‘Dottles’ is free improv in the plinky plonky sense should you choose to use that phrase advisedly — I am being as accurate as possible and not pejorative — and as for the final five tracks: where they work best is when they find a simple theme which they often do and ornament it. ‘Armistice Sorry To Be Me’ is superb (‘Green Light’ the only weak track in an album of 16 tracks) and ‘Embrace’ finds Speake — think beyond style in a Britjazz timeline of alto sax icons: John Dankworth; Joe Harriott; Speake; Soweto Kinch — at his epic best. SG
Available via Bandcamp ***
The line-up for the Wednesday, Thursday and Friday of the Soho Jazz Week on the Soho-Live site is now available.
Wed 11 September
Artists include Ashley Henry, Jo Harrop and Cherise Adam Burnett. Full list
Thurs 12 September
Artists include Christian Brewer, Aydenne Simone and KoKo Collective. Full list
Fri 13 September
Artists include Andy Davies, Quentin Collins, Kitty la Roar and her trio. Full list
The Soho.Live Jazz Week website is here.
From the upcoming 16 August release of Crepuscule In Nickelsdorf by Trance Map+: Evan Parker, Matthew Wright, Adam Linson, John Coxon and Ashley Wales.
A seven part mix of field recordings, samples from cassettes, turntable scratching and live processing of Evan Parker saxophone recordings collective personnel are: Evan Parker, soprano saxophone; Matthew Wright, turntable, live sampling; Adam Linson, double bass, electronics; John Coxon, turntable, electronics; Ashley Wales, electronics. Think of the tracks so far as somehow conjuring a 21st century Turner electroacoustic seascape in a void far from home, all sense of reality upended in the churning turbulence of dreams.
Enjoying critical acclaim and now experiencing initial sales success, Nérija top the UK official jazz & blues album chart — a significant achievement.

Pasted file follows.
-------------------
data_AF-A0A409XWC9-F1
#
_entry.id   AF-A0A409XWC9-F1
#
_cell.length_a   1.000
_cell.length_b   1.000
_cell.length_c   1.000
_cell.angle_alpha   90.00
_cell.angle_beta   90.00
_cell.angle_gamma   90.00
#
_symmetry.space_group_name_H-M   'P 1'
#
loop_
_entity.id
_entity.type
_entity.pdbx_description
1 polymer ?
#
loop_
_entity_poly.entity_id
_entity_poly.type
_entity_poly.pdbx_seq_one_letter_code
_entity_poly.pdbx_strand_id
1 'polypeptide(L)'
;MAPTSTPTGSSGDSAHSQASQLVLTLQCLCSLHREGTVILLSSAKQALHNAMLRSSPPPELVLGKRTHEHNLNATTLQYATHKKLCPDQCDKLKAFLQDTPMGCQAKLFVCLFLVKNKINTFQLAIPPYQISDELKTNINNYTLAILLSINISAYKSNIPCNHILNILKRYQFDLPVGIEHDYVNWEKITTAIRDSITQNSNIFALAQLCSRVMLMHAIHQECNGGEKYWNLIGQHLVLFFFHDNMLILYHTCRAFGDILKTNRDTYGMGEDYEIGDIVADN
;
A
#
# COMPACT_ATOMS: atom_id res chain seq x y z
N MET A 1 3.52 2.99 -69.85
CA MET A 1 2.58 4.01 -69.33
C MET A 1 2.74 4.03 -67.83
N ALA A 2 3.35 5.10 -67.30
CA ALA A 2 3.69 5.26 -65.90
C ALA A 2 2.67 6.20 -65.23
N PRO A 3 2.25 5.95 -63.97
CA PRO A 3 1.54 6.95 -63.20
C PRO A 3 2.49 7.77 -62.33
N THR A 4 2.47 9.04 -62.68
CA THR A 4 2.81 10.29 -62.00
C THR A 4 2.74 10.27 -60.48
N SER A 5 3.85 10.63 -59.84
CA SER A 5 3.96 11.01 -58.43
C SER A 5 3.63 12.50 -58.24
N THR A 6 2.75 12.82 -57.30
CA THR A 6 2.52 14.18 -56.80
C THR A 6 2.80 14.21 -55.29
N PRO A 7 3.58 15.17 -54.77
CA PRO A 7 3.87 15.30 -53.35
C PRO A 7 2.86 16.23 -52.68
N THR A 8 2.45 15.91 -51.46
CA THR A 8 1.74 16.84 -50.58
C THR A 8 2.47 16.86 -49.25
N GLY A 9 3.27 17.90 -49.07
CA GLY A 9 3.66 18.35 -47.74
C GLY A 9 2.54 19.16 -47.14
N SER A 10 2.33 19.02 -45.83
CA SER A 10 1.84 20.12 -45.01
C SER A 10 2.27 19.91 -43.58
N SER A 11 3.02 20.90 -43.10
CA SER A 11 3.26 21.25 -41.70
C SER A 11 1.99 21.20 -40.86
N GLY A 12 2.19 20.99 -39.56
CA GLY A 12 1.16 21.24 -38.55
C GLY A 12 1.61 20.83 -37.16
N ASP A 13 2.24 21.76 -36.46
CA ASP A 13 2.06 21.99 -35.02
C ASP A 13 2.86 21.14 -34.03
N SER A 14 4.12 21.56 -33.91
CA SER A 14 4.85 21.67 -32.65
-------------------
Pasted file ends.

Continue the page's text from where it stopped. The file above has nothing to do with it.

Nérija are Nubya Garcia (tenor saxophone), Sheila Maurice-Grey (trumpet), Cassie Kinoshi (alto saxophone), Rosie Turton (trombone), Shirley Tetteh (guitar), Lizy Exell (drums) and Rio Kai (bass). Blume was released on 2 August.
Check out the woozy hard bop and Afrobeat-flavoured ‘Riverfest’ from the album, above.
Try these sounds from the Mario Pavone Dialect Trio, the bassist in a cooperative trio on the title track of Philosophy (issued by Clean Feed) recorded in the studio last summer in New Haven, Connecticut, with pianist Matt Mitchell and drummer Tyshawn Sorey. Swings ferociously in a loose open style, a great deal landing within the freebop idiom. Snap this one up. **** RECOMMENDED
Country singer Nathan Carter appeared on the second night of Shoreline and came on stage after the rain.
Carter, from Liverpool who lives in Enniskillen, and who is the biggest star in Irish country music and has been for quite a few years, wrote a song about Enniskillen called ‘Island Town’ and it was fitting that he was here on the island itself on a big stage in front of several hundred people inside the castle grounds, a place itself mentioned, in the song lyrics:
“The lights of the castle walls/they flicker across the water/and it seems to me/they have a life of their own.”
Carter, top, photo: marlbank, singing ‘Island Town’ a ballad to add to the town’s own tower of song: the latest since the lively ‘Fare Thee Well Enniskillen’ was famously rendered by the Clancy Brothers and Tommy Makem. Stephen Graham
Produced by Walter Smith III Harish Raghavan makes his debut as a leader — a quintet affair the bassist-composer joined by vibist Joel Ross, drummer Kweku Sumbry, pianist Micah Thomas, and altoist Immanuel Wilkins. The recording is titled Calls for Action and is to be issued by Whirlwind this autumn.
Harish Raghavan, publicity photo above